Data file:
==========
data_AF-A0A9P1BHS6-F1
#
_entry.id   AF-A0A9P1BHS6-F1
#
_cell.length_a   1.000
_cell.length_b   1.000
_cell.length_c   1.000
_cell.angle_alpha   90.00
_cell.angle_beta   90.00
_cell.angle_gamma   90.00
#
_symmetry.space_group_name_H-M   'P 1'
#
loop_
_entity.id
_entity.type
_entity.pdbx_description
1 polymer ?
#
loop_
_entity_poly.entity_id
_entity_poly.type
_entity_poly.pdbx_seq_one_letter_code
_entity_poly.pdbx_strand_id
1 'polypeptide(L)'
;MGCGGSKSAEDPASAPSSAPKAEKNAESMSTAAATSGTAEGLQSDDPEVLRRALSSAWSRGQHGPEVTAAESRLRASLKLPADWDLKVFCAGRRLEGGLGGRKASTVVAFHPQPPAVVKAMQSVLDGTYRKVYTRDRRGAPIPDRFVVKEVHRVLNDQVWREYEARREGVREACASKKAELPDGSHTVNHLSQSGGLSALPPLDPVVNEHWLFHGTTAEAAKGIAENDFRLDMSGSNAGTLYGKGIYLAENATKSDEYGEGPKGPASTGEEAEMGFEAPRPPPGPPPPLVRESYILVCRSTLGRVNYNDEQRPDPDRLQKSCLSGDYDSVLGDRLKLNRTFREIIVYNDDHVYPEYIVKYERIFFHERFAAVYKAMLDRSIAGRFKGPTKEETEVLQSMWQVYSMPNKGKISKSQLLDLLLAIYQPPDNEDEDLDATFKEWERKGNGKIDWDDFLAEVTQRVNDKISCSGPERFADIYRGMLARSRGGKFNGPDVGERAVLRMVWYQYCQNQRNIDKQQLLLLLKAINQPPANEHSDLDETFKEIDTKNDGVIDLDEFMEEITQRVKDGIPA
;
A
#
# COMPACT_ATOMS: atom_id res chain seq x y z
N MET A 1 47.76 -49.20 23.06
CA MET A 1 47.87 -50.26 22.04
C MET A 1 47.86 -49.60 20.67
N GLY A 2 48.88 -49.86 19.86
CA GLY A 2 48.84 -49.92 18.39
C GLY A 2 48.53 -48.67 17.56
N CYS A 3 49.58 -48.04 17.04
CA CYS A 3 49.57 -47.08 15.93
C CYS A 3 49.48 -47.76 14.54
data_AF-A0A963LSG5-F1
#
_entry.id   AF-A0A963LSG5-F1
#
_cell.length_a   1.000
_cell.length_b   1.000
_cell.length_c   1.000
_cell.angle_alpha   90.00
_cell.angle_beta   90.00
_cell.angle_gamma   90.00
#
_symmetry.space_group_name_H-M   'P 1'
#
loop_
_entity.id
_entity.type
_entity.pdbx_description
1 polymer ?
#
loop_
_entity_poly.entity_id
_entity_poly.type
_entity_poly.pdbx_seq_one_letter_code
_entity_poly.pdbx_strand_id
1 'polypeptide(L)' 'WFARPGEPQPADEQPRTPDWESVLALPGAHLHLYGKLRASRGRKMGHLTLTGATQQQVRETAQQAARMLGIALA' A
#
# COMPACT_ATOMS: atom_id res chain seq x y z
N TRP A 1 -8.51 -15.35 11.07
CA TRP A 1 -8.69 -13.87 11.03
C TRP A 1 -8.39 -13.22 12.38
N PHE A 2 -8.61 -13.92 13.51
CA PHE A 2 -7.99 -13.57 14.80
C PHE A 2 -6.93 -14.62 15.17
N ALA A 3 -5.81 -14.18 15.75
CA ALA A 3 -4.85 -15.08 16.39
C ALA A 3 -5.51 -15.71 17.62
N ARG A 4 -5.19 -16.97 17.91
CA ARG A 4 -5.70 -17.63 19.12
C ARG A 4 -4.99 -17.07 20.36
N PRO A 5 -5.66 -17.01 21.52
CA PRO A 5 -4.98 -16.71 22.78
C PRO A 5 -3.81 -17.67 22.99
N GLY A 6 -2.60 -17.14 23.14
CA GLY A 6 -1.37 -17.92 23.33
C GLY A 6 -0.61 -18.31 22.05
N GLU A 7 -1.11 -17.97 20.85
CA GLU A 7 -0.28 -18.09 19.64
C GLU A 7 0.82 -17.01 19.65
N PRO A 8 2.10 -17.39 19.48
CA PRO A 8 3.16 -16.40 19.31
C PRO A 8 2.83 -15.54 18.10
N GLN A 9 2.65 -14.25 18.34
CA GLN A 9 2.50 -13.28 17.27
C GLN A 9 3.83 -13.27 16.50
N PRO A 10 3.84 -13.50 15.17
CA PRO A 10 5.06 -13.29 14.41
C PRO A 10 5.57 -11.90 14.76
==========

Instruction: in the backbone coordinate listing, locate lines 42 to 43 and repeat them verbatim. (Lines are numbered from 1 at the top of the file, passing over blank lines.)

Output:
_entry.id   AF-A0A963LSG5-F1
#